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Plugging Away. . .

 Not much to look at at just yet, but plugging away with the first squadron and two regimental command figures.

A quiet, calm Sunday afternoon here in the Grand Duchy of Stollen.  The Grand Duchess and Young Master are out doing something at a local nature preserve, so I have taken the opportunity to give Zum Stollenkeller a much needed spiffing up (dusting and the Hoover) before getting back to applying some paint.  Before the glaze of  London Red Alkyd oil, an undercoat of acrylic yellow (red oil glazes over a whiter undercoat don't look right. . .  not exactly pink, but definitely not red enough), which I'll wrap up after finishing this post.  OK, time to quit blathering on get back to work!  There is just slightly more than a month left of summer vacation, and still so much to accomplish. . .  including another solo game, during which I'll playtest the latest version of my Call It Macaroni! rules  More of which anon.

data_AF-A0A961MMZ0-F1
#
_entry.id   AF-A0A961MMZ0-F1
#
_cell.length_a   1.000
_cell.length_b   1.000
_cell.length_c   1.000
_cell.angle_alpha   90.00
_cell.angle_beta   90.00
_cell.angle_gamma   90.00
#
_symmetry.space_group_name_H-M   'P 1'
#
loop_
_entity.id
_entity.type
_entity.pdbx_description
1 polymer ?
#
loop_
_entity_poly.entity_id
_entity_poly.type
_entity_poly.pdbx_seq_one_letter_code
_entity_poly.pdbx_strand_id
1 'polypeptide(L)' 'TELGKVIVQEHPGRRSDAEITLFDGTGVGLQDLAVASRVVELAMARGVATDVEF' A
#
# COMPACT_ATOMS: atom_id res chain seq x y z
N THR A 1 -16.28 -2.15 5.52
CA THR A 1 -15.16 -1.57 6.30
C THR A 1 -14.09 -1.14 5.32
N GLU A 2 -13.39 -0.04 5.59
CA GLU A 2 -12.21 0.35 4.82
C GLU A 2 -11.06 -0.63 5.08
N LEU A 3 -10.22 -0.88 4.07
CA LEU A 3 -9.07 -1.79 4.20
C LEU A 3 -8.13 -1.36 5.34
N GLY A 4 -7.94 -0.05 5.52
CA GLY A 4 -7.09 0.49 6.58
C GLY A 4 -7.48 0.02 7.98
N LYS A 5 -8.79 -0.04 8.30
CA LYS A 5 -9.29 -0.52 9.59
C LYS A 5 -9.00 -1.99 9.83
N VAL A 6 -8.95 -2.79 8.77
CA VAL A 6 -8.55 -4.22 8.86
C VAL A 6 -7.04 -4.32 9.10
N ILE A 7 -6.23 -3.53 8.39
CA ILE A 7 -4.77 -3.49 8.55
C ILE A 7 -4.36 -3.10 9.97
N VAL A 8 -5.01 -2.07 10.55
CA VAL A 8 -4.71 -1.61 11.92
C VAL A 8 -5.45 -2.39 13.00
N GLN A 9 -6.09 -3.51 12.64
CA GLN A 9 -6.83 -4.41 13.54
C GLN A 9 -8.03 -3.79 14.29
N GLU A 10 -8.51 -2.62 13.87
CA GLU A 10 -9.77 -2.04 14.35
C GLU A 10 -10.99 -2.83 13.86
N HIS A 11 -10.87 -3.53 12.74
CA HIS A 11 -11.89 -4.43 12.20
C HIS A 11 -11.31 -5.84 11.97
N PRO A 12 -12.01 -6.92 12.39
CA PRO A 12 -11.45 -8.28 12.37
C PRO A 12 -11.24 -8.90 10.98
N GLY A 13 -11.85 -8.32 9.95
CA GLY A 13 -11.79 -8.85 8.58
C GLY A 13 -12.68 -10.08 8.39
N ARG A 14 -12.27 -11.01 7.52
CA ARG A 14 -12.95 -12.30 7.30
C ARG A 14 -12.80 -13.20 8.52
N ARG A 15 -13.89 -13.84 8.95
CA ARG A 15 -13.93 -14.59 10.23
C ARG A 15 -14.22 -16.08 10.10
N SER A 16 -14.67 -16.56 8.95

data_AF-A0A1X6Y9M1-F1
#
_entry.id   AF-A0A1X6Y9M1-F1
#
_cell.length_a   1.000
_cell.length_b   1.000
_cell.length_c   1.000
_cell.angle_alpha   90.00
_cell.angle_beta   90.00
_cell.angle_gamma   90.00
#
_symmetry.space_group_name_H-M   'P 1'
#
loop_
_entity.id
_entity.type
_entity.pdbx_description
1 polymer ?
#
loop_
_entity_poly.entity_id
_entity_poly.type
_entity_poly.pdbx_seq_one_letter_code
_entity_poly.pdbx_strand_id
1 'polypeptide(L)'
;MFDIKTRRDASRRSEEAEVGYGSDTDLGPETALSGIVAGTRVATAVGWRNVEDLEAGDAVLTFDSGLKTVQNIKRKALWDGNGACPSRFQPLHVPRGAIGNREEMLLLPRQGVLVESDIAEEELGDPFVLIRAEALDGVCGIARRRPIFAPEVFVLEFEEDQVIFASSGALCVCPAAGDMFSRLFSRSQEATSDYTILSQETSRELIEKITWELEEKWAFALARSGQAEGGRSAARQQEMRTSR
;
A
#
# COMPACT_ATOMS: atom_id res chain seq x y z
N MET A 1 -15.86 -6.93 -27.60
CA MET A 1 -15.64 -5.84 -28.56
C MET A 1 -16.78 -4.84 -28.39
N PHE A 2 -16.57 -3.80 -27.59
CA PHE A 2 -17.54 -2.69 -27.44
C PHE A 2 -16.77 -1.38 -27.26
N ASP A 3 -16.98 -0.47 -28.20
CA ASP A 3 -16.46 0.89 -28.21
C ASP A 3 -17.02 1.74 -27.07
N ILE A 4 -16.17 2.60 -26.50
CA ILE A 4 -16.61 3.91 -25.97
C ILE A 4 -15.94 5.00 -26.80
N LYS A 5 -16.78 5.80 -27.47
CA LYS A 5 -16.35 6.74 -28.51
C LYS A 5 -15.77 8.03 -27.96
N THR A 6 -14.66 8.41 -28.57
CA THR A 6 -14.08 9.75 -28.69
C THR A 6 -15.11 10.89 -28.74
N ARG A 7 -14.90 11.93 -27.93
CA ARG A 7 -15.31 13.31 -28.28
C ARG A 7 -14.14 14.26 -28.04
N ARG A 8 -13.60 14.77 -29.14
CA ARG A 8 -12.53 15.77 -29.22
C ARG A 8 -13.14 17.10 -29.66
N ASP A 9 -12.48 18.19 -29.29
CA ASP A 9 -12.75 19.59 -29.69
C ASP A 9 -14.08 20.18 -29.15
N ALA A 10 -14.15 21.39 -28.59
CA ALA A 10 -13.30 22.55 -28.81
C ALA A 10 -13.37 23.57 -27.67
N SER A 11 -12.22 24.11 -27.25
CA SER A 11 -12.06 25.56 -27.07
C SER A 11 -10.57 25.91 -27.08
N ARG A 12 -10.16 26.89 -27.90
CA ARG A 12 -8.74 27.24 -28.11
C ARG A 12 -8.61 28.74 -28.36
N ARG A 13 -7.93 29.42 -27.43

-- Stokes

 I came across this great old Knoetel plate a couple of weeks ago, which provides one more useful guide to painting this first squadron although I may keep my bearskins brown since there is so much black as part of these uniforms already.  One of the very old plates in a previous post also has a bearskin with a distinct brownish cast to it, so I eel somewhat justified if that is my ultimate decision.

The second squadron of the RSM95 cavalry above will be painted in this uniform, worn by the Wurttemburg Cavalerie in the French army.  Here, I think the black bearskin is in order since black will not exactly dominate the color palette to quite the same degree as in the above plate.


Stryker said…
I think those figures are going to look very smart. I'm intrigued that you paint them ready mounted in pairs, don't you find that obstructs the brush on the inner sides?
No no! Black all they way! Not only will it help tie the various squadrons together, the black bearskins will balance the black boots and enhance the whole look.

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